TORONTO, Sept. 22, 2014 /CNW/ - The Investment Funds Institute of Canada (IFIC) today responded to new research released by the Conference Board of Canada that examined the potential impact of increased use of financial advice on long term household income and the domestic economy.
The study, Financing the Future: Boosting Retirement Readiness and the Economy Through Financial Advice, which was undertaken at the request of IFIC, found that a 10 percent increase in the number of advised households would, over time, lift real GDP $2.3 billion above the baseline.
"The industry welcomes this new research that demonstrates the long term economic benefits of increased savings levels associated with financial advice," said Joanne De Laurentiis, president and CEO of IFIC. "Substantial independent research previously had affirmed the benefits of financial advice to individual savers. To our knowledge, this is the first time that independent researchers have modeled the larger economic impact of higher saving rates based on the quantifiable asset-building benefits of using a financial advisor."
The Conference Board used its widely respected national econometric forecasting model to quantify the impact of increased savings that would be generated if just 10 percent more Canadians were to use financial advisors. It used detailed survey results produced in 2012 by the Centre for Interuniversity Research and Analysis on Organizations (CIRANO) to estimate the increase in aggregate savings should more individuals obtain financial advice.
"The Conference Board of Canada study emphasizes the positive impact that having an advisor can have on both household income and the economy," De Laurentiis stated. "The findings offer useful insights for public policy makers as they look for ways to create long-term individual financial wealth and economic growth. They underscore the importance of pursuing public policies that actively support and promote access to advice for the average Canadian household."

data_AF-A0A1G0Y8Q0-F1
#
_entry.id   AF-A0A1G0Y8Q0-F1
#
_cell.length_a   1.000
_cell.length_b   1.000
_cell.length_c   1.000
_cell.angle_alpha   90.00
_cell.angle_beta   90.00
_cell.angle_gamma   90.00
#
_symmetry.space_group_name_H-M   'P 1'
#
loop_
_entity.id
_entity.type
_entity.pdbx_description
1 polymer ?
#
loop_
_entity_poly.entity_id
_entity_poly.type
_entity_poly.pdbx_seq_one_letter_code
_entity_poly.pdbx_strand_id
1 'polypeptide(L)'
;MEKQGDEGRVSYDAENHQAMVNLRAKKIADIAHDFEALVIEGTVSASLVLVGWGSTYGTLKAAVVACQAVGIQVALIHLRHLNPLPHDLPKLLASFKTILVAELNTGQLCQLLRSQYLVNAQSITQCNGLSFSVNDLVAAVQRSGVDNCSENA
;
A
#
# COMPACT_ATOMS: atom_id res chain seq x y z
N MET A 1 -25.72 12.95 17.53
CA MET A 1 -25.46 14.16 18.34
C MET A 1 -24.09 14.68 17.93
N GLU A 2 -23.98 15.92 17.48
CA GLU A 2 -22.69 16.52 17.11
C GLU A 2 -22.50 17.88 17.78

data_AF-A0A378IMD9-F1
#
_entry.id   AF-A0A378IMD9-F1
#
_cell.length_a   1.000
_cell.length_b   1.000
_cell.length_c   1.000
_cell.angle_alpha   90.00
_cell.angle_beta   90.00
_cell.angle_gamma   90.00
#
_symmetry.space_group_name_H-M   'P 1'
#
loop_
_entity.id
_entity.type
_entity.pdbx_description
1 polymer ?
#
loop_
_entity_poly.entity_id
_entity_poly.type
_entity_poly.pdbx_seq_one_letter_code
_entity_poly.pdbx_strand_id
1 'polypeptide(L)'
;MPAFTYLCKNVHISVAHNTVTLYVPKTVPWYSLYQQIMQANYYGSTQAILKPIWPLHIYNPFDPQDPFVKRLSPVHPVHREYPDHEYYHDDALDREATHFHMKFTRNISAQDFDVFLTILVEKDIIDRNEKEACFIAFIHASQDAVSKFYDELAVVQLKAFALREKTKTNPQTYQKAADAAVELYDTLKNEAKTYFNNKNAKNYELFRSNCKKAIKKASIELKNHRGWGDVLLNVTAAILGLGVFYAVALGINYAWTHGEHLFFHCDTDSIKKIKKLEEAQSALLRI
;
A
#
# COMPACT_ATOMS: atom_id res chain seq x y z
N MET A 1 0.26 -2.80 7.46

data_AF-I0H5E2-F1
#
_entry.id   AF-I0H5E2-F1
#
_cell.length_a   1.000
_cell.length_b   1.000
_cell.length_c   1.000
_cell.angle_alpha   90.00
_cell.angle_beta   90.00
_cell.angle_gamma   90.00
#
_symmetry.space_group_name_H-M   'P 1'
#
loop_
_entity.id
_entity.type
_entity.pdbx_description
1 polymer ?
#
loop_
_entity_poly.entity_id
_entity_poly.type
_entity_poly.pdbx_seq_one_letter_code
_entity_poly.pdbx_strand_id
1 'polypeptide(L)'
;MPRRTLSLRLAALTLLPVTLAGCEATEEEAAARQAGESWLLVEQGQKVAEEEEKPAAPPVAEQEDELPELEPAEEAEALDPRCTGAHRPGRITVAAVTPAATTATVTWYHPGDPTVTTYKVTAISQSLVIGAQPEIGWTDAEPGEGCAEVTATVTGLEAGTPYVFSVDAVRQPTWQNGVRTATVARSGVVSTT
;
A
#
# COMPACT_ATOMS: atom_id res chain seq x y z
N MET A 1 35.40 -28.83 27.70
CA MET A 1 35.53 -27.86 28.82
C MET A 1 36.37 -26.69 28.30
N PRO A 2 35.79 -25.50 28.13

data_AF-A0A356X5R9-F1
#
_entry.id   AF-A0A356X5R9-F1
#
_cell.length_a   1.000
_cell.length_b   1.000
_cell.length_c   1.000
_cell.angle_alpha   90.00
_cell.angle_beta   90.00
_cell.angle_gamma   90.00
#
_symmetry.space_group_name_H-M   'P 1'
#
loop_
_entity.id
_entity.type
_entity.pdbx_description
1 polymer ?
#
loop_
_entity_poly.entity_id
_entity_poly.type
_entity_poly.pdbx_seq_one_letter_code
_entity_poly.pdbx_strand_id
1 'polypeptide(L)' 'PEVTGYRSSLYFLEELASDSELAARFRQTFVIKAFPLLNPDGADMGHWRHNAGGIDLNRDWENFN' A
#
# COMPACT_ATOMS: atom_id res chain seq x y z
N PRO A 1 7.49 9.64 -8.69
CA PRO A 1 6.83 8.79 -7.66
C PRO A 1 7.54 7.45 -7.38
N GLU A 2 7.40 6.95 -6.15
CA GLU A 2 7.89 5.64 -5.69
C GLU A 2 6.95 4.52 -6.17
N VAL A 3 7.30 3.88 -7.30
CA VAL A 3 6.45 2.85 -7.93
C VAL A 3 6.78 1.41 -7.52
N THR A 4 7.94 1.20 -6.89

About the Mutual Funds Industry in Canada:
The first Canadian mutual fund was launched in 1932 with a goal of attracting $50,000 in savings. The real growth surge of mutual funds began in the early 1990s as Canadians saw interest rates on traditional savings accounts fall and began looking for new ways to grow their wealth. Investments in mutual funds have grown tenfold in Canada since 1990 and are a cornerstone of Canadians' retirement savings. Today, they are the #1 investment choice of Canadian savers as some 117 mutual funds companies offer close to 3,000 funds. Current AUM of $1.13 trillion represents about five times the assets being managed for Canadians by the CPP Investment Board ($220 billion as of March 2014) and is higher than the roughly $992 billion in assets held at December 2013 by the top 10 Canadian pension funds (including CPP).
By connecting Canada's savers to Canada's economy, the mutual funds industry contributes significantly to Canadian economic growth and job creation.
The Investment Funds Institute of Canada is the voice of Canada's investment funds industry. IFIC brings together 150 organizations, including fund managers, distributors and industry service organizations, to foster a strong, stable investment sector where investors can realize their financial goals. The organization is proud to have served Canada's mutual funds industry and its investors for more than 50 years.
SOURCE: The Investment Funds Institute of Canada
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